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Another Trip to the Caves of Tuba

On July 8, 2008 MPT traveled to Tuba in the south Hebron hills for another overnight stay with families who live in the caves there. Even before arriving they came upon a change that has taken place since their visit two weeks earlier. The Israeli army has placed a series of large earth mound roadblocks across the road that leads to At Tuwani and Tuba. The MPT taxi was forced to turn around at the roadblock and MPTers continued their journey on foot.

MPT’s Christian Peacemaker Team friends in At Tuwani explained that the Israeli army had begun putting the roadblocks up on the same day that they had delivered an order to demolish a cistern local Palestinians had recently built. The cistern had been built without a permit because Israel would not issue a permit and the people needed water.

Now the cistern is gone and with the roadblocks it is not possible to bring water in by trucks. The United Nations Office for the Coordination of Humanitarian Affairs (OCHA) has become involved because Israel’s actions are clearly creating a water crisis for local Palestinians.

As MPT walked with CPTers to meet the shepherds of Tuba on their grazing land, they passed the entrance to the illegal Israeli settlement of Ma’on.

The greenery in the photo below indicates that unlike the Palestinian communities, the Israeli settlement of Ma’on is not suffering from a shortage of water.

Palestinians first asked for an international presence in this area in 2004 because the settlers of Ma’on had established a pattern of harassing and brutalizing them. Of particular concern was the settler practice of beating up Palestinian children as they walked past the illegal settlement on their way to school.

An Israeli court has actually ordered the Israeli army to provide a protective escort to the Palestinian children as they go to and from school each day. This is the only place in the Occupied Territories where an army escort has been ordered to protect Palestinians from the brutality of Israeli settlers.

The Israeli army does not always live up to its court-ordered responsibilities. Sometimes the army arrives late, and some days they do not show up at all. CPTers are thus on constant watch to monitor the children’s safety as they walk to and from school.

MPTers also walked past a fenced in grove of olive trees, an unusual sight in that the fence is not the high razor wire type used by Israelis and Palestinians do not usually fence their trees. CPTers explained that in 2006 Israelis had chopped all these trees in half, killing many of them. (The stories of wanton Israeli destruction are unending.)

The trees had later been fenced in by the Palestinian family that owns them to protect them from further attack and to try to resurrect them. Two years later the trees are coming back to life.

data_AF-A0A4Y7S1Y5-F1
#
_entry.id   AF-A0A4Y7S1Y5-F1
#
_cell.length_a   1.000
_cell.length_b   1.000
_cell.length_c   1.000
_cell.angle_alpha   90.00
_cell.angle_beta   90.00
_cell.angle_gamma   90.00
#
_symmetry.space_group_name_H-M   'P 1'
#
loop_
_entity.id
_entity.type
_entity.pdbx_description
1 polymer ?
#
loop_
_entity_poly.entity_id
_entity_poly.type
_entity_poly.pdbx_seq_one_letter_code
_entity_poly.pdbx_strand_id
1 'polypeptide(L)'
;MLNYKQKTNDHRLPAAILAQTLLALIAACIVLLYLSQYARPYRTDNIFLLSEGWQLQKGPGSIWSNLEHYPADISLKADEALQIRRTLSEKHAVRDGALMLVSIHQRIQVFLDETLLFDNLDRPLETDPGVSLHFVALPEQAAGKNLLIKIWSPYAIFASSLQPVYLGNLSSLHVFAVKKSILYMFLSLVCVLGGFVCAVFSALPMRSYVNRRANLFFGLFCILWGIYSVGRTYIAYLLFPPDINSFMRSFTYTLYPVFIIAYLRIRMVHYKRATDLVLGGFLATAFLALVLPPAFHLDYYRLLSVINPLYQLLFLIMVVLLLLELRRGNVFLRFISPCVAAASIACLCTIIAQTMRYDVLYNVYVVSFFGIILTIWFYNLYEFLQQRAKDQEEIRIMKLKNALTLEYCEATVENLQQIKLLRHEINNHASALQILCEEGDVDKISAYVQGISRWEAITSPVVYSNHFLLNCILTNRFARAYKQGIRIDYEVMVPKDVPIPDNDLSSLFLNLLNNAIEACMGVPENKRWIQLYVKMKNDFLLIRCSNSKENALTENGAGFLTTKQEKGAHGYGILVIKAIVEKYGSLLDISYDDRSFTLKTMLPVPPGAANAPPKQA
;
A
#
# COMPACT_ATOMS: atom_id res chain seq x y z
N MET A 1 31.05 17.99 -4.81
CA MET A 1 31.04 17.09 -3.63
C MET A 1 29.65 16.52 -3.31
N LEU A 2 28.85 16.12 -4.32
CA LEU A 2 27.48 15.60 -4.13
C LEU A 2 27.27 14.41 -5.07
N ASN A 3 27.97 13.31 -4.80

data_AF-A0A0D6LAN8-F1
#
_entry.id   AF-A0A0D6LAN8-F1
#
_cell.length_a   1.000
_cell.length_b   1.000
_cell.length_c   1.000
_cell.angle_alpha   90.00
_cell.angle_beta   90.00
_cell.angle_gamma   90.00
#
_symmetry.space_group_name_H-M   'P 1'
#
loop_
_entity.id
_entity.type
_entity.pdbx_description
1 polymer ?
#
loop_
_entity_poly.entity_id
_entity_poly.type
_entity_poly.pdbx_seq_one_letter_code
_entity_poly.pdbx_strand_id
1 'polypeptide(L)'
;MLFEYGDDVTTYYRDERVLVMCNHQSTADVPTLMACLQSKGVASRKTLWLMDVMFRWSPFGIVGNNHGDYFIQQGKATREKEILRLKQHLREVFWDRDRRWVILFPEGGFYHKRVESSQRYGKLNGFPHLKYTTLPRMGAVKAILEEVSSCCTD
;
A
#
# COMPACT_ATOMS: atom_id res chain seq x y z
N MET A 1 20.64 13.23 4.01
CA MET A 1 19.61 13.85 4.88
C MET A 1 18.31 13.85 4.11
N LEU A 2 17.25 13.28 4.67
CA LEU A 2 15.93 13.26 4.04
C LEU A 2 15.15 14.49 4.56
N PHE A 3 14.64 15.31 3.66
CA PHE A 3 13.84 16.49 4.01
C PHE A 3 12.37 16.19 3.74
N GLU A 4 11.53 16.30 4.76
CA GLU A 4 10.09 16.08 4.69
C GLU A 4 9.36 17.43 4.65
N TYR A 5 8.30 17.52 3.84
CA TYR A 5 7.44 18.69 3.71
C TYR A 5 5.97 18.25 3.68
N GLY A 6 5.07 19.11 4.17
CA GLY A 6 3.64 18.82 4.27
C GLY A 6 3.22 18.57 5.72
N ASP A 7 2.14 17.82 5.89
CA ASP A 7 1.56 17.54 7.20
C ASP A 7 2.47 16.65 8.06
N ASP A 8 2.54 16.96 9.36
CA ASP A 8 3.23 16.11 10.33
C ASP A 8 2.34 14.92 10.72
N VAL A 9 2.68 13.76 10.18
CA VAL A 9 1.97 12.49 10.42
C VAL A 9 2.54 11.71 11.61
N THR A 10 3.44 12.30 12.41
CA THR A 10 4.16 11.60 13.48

A phone call came from one of the Tuba families explaining that the shepherds had brought the sheep in from grazing early because they had caught sight of some threatening settlers in the distance. Soon after the phone call MPTers spotted two donkeys coming down the hill from Tuba to meet them. It was a royal welcome!

After passing the early afternoon in a Tuba cave drinking tea, conducting a lesson in English, and watching children play cards, MPTers went out with the sheep for late afternoon grazing.

This time the sharp eyes of the shepherds spotted a settler on horseback on top of a distant hill, but the settler did not draw close. Can you see the settler?

The rest of the day passed peacefully as MPT watched the sheep and goats move nimbly over the hilly, rocky terrain. Listening to the sounds of their movement and their munching gives new meaning to the term “rustling”, which is exactly the sound the animals make in a quiet that is otherwise broken only by the occasional sound of a shepherd’s call - or by the annoying roar of an Israeli fighter jet streaking overhead.

MPTers learned on this visit that the names of two young pups learning their roles as sheepherders are Rex and Bobby. They are the cutest little team at age ten months, and their work obviously tires them out at this stage of their careers!

Back in Tuba for the night, the sheep and goats were fed grain, milked, and reunited with their babies.

A common symbol in this part of the world is a blue glass eye once thought to provide protection from evil. MPT noticed a necklace with this blue glass eye around the throat of one of the sheep. Let us hope it and powers far greater work for these animals and the families who own them, and for all who are so vulnerable to the whims and violence of Israeli soldiers and settlers.

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